Skip to main content

Top 5 Sam Raimi Films Ranked

I've been a movie enthusiast my whole life and been writing movie reviews for over 15 years.

With the Sam Raimi-directed Marvel sequel, Doctor Strange and The Multiverse of Madness, officially in theaters as of May 6, 2022, let’s rank the director's 5 best films from best to fifth best.


1. The Evil Dead (1981)

Often imitated, never duplicated, Sam Raimi’s 1981 low-budget feature length debut is on countless lists as one of the best horror movies of all time. If you’ve seen it, you know why. If you haven’t, then you don’t like horror. It’s raw (to put it kindly) acting and DIY feel to every frame only add to its everlasting charm. Even if the tree violation causes some to clutch their pearls, it’s still a very effective scene. But why is this Sam Raimi’s very best film? Because it’s still scary. Even if you’ve seen The Evil Dead countless times, certain images (the Deadite POV!, the Necronomicon!) cause fissions of terror to erupt even though you know what’s coming. To think, Bruce Campbell’s Ashley Williams started off as such a nice boy.


2. A Simple Plan (1998)

One of the best thrillers of the 90s and one of the top 10 films of 1998. Scott B. Smith’s adaptation of his own novel deviates from the source material enough to make it stand alone, satisfying fans of the novel while throwing new surprises as well. Exhilarating and heartbreaking at the same time, the story of 2 brothers Hank and Jacob (Bill Paxton and Billy Bob Thornton posting career best performances) and a drinking buddy (Brent Briscoe, the character you love you hate because you just know he’ll mess everything up) finding 4.4 million dollars in a crashed plane and their doomed plot to keep it starts out simply enough. We know what they’re doing is wrong, yet we still want them to succeed. Raimi puts us in their shoes. Raimi makes us accomplices. Every wrong move feels logical, like they might get away with it even as the bodies pile up. The audience might guess as to where the story may go, but they’ll be wrong more often than not. A thriller that stays with you.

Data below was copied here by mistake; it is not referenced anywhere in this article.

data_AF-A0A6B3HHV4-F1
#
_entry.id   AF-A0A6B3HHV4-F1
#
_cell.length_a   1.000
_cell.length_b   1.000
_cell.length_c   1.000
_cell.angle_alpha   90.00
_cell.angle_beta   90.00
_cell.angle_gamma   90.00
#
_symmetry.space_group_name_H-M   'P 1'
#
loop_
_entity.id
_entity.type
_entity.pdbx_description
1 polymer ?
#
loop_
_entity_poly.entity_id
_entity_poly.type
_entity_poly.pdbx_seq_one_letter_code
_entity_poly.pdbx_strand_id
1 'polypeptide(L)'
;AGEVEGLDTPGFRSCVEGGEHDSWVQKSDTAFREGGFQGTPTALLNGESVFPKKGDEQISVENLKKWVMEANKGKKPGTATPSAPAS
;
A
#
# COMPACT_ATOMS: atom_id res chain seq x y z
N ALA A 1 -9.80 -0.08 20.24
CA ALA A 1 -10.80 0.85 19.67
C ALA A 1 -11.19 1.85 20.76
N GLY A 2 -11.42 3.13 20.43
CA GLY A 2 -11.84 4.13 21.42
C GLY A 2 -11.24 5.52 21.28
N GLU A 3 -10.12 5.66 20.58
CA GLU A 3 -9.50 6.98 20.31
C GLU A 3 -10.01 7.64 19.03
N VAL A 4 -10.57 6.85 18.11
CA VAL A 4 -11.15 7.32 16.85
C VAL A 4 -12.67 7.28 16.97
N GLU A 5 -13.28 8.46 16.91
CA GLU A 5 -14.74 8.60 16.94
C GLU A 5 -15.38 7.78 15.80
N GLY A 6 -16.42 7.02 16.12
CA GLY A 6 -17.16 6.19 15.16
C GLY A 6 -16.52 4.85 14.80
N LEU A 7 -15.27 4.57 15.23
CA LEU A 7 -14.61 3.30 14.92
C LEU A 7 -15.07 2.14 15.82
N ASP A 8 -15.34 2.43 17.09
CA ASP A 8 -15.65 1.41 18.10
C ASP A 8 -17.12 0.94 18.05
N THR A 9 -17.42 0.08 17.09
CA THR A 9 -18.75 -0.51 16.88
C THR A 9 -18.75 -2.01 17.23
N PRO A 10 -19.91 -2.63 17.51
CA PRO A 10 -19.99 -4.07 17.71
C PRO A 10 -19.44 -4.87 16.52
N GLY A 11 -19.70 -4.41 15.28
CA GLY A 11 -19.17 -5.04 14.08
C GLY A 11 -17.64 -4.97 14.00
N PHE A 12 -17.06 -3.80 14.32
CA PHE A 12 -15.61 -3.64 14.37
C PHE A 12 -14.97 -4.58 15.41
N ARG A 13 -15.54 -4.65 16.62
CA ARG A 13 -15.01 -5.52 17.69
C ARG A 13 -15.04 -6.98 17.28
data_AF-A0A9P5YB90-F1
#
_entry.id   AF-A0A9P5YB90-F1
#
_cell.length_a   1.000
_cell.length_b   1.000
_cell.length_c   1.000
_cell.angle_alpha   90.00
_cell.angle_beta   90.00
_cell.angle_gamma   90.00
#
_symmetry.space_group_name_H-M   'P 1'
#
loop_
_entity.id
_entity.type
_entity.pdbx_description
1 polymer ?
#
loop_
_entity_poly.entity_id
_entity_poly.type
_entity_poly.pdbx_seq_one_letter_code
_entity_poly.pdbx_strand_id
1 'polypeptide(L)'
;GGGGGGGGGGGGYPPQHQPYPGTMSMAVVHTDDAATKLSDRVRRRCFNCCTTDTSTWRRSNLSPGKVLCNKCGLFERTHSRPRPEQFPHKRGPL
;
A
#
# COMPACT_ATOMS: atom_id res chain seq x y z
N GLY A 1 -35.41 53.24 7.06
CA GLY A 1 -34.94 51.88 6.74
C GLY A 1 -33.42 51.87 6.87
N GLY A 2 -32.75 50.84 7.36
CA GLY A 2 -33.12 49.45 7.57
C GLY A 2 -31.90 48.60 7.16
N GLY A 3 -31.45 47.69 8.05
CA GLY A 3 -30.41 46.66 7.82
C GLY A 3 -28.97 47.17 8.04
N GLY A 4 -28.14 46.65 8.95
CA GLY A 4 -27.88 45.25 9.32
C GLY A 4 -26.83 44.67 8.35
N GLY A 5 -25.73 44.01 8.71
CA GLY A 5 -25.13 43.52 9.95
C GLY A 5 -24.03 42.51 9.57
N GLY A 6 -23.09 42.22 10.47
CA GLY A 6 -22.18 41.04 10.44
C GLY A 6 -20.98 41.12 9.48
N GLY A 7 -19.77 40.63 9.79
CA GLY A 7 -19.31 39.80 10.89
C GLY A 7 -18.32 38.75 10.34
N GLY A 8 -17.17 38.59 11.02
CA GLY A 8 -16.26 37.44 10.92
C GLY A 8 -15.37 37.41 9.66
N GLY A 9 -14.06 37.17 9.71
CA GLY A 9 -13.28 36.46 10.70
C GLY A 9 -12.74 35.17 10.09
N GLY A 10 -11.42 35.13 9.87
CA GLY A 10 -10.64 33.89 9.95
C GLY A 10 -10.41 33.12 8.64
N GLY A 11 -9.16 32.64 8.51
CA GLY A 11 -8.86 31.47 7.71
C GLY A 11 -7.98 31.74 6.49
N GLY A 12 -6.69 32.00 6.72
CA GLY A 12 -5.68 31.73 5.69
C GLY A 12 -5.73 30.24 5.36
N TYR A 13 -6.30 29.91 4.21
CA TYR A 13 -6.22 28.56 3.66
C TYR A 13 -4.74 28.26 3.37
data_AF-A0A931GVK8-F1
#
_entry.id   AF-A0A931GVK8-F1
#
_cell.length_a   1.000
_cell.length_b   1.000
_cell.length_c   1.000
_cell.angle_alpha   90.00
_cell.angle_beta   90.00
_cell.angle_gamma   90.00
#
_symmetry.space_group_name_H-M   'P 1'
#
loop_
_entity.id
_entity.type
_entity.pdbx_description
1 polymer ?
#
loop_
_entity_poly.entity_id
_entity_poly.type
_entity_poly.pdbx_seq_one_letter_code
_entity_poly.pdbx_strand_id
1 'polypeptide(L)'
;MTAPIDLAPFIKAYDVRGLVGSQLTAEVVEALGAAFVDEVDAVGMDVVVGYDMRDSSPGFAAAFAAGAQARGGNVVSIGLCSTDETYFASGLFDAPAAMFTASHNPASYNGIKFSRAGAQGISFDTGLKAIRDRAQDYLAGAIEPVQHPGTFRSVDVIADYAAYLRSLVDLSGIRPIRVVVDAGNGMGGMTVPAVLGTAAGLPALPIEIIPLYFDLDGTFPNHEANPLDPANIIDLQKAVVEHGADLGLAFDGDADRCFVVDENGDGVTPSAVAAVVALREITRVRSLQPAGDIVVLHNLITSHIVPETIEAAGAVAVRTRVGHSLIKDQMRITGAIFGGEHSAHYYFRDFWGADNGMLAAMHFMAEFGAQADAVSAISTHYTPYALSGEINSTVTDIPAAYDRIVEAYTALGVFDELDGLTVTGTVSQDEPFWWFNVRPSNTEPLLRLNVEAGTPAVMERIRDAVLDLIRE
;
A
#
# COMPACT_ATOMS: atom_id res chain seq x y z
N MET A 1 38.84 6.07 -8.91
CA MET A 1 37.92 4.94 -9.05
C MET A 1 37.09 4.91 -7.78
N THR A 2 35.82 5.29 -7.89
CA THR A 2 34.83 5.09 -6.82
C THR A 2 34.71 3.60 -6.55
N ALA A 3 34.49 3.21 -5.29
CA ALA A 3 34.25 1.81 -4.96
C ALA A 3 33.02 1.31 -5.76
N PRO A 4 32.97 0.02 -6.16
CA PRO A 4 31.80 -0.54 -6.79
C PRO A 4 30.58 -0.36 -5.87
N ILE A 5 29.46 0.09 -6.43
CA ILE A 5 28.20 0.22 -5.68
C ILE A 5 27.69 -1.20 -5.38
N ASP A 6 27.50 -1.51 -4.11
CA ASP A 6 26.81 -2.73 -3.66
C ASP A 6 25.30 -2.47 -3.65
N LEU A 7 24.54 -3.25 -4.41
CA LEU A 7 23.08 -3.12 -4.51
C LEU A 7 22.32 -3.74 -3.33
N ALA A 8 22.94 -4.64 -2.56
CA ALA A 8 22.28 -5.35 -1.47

Billy Bob thinking.

Scroll to Continue

Read More From Reelrundown

3. Spider-Man 2 (2004)

Way before there was a superhero movie released every two weeks, taking up half the screens in your local megaplex, Sam Raimi’s sequel to 2002’s Spider-Man brought depth and heart along with all the action you’d expect from a big-ticket blockbuster. A comic-book movie with actual stakes featuring a villain with more than one shade. The breakaway train sequence is one of the best action pieces of the aughties, mainly because you genuinely care about the people involved, instead of soulless special effects (most Marvel climaxes, e.g.). Kirsten Dunst’s final declaration is some of her finest work and caps off a near-perfect viewing experience. Too bad there was Spider-Man 3.


4. Evil Dead II: Dead By Dawn (1987)

The sequel some think is a remake is continued gory fun, even if it feels like you’ve seen this all before. Thank goodness there are just enough differences to make this sequel feel as indelible as the original. Ted Raimi ruined the name “Henrietta” for a generation of horror movie lovers. Chainsaw sales went up exponentially after screenings of this movie (not empirically proven). A tad funnier than The Evil Dead, even if a bit less scary. Bruce Campbell gives his best performance as Ash, bringing him unexpected gallows depth in a perfect merge of actor and role. Though the ending takes the Evil Dead series into a new direction, we’ll always have that cabin in the woods.


5. Drag Me To Hell (2009)

Sam Raimi’s return to horror after completing the Spider-Man trilogy has a title that could be considered a spoiler. Drag Me To Hell is a fun PG-13 horror flick featuring a talking goat and Justin Long as a professor of something. The talking goat is more plausible. Co-written by Sam’s brother, Ivan, Drag Me starts out as a morality play with dire consequences. Once you get the assault in the parking garage, the film rarely lets up. You don’t even mind the PG-13 rating because the horror is so relentless. The ending is set up well enough, although the poster more than hints at what happens. Sam Raimi has said there will be no sequel. We can still hope, even there’s no chance in hell.


Though Sam Raimi’s most famous work has been in horror and Spider-Man, his work has been diverse enough so that he’s not just a two-trick pony. Before his newest film Doctor Strange and the Multiverse of Madness opens, be sure to rewatch some of Raimi’s best films.


© 2022 Noel Penaflor

Related Articles